- Dietary Fibre:
Ackee is rich in dietary fibre, which aids in digestion, promotes feelings of fullness and supports a healthy gastrointestinal system.7
Figure: Nutrition Composition of 100g of Canned Ackee7
Cautionary considerations and side effects
While ackee offers many health benefits, it is crucial to exercise caution and adhere to proper preparation methods before consumption due to the presence of a substance called hypoglycin A and B. These toxins are found in the unripe fruit and seeds of ackee and can be harmful if ingested. Some studies have linked this toxin to liver disease as well as low blood sugar and Jamaican Vomiting Disease (JVS). The following precautions should, therefore, be taken before ingestion:
Only consume the ripe food of the ackee fruit, which is usually bright red to yellow-orange (Fig 3). The ripe fruit flesh of ackee contains only low quantities of hypoglycins, but concentrations in unripe fruits are 10–100 times greater. Avoid consuming the unripe fruit and seeds.12,13
- Proper cooking:
Heat treatment helps to reduce the concentrations of the toxins in the ackee fruit, and exposure to sunlight significantly reduces hypoglycin concentrations. To avoid ingestion of the toxin, ensure that ackee is cooked thoroughly before consumption. It is advised to boil ackee, discard of the water and further boil in order to ensure all traces of toxins are removed.1,13 The Jamaican national dish, "ackee and saltfish," is a classic example of a well-prepared ackee dish.
Individuals with known allergies to soapberries or related fruits should exercise caution when consuming ackee.14 Examples of known fruits in the Soapberry are lychee, maple and guarana. Symptoms of allergic reactions include skin rashes, itching, swelling, difficulty breathing or gastrointestinal distress such as diarrhoea/ bloating. If you experience any adverse reactions after consuming ackee, seek immediate medical attention.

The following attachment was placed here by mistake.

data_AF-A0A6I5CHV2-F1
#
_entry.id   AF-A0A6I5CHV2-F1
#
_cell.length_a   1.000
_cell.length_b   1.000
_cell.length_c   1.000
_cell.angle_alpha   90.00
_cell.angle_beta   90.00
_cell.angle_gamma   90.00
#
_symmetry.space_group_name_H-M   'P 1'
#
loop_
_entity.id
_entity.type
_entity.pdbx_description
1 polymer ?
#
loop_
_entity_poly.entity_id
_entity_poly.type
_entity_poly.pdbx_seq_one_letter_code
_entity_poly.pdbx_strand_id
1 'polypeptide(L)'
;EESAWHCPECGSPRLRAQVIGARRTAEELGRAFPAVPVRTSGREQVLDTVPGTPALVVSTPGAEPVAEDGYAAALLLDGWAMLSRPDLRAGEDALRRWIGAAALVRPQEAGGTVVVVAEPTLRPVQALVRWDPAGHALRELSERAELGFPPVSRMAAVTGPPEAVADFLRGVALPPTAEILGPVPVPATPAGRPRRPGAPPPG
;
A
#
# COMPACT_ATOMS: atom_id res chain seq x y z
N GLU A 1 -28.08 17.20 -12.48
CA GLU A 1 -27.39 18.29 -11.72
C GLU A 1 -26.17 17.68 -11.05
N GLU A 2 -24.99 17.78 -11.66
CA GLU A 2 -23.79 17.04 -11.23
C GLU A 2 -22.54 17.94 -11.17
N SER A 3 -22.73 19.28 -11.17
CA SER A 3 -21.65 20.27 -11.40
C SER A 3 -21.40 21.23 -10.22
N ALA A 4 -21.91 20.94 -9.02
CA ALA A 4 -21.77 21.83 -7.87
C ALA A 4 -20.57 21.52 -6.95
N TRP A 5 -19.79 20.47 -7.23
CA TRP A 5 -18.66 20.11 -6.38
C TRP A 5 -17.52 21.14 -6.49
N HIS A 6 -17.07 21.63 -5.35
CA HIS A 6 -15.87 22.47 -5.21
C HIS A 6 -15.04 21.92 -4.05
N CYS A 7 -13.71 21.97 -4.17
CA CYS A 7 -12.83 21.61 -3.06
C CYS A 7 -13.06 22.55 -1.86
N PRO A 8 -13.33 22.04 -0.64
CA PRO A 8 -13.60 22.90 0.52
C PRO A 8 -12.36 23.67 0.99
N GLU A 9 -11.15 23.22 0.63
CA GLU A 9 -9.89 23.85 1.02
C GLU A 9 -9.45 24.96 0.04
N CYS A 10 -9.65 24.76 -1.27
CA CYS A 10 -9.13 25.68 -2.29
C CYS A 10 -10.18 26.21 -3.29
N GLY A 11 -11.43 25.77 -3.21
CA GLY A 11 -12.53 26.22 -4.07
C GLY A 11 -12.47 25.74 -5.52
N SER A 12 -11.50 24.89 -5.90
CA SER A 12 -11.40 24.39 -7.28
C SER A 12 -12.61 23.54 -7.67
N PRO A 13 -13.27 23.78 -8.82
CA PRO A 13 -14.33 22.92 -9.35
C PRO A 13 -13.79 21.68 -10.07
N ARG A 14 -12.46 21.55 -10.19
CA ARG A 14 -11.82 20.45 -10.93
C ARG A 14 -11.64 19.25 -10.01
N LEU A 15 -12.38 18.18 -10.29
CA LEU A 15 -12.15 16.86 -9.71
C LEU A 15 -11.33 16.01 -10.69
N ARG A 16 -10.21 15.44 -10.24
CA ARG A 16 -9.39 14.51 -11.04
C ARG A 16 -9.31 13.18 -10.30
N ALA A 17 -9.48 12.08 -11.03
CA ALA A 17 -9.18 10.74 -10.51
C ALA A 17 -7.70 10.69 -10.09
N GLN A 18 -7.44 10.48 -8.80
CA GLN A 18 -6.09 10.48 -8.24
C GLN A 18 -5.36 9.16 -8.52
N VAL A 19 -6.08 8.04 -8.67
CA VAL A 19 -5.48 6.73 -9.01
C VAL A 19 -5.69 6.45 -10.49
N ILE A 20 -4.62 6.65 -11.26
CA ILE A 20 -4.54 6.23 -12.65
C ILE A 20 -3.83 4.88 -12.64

- Worsening of medical conditions:
People with pre-existing medical conditions such as low blood sugar or liver disease should consult with a healthcare professional before consuming ackee due to its potential effects on blood sugar levels and liver health.15,16
Carbohydrates are the biggest source of calories and energy for athletes. Ackee is rich in carbohydrates such as glucose, fructose and, most prominently, sucrose. Sucrose is an ideal substance for athletes as it contains both glucose and fructose and, therefore, can provide quick outbursts of energy for athletes when needed.17 It is also imperative that athletes’ diets are rich in minerals such as calcium, iron, potassium and fibre, all of which are present in the tasty fruit – ackee. For this reason, ackee can be included in an athlete’s nourishment to maintain a healthy, balanced diet.18
Ackee is a tropical fruit that offers both flavour and potential health benefits. Its nutrient-rich profile, including vitamins, minerals, and dietary fibre, contributes to its appeal as a nutritious addition to a balanced diet. The antioxidant properties of ackee may help protect against oxidative stress and reduce the risk of chronic diseases. Additionally, its potassium content supports heart health and blood pressure regulation, while the dietary fibre promotes digestive health.
However, it is crucial to exercise caution when consuming ackee due to the presence of the toxin hypoglycin A. Proper ripening and preparation methods are essential to ensure the safe consumption of ackee and avoid several ailments. It is recommended to consult with healthcare professionals or nutritionists for guidance on the proper handling and preparation of ackee.
While ackee has a rich culinary heritage and potential health benefits, it's important to consider individual allergies and sensitivities. If any adverse reactions occur after consuming ackee, it is best to seek immediate medical attention.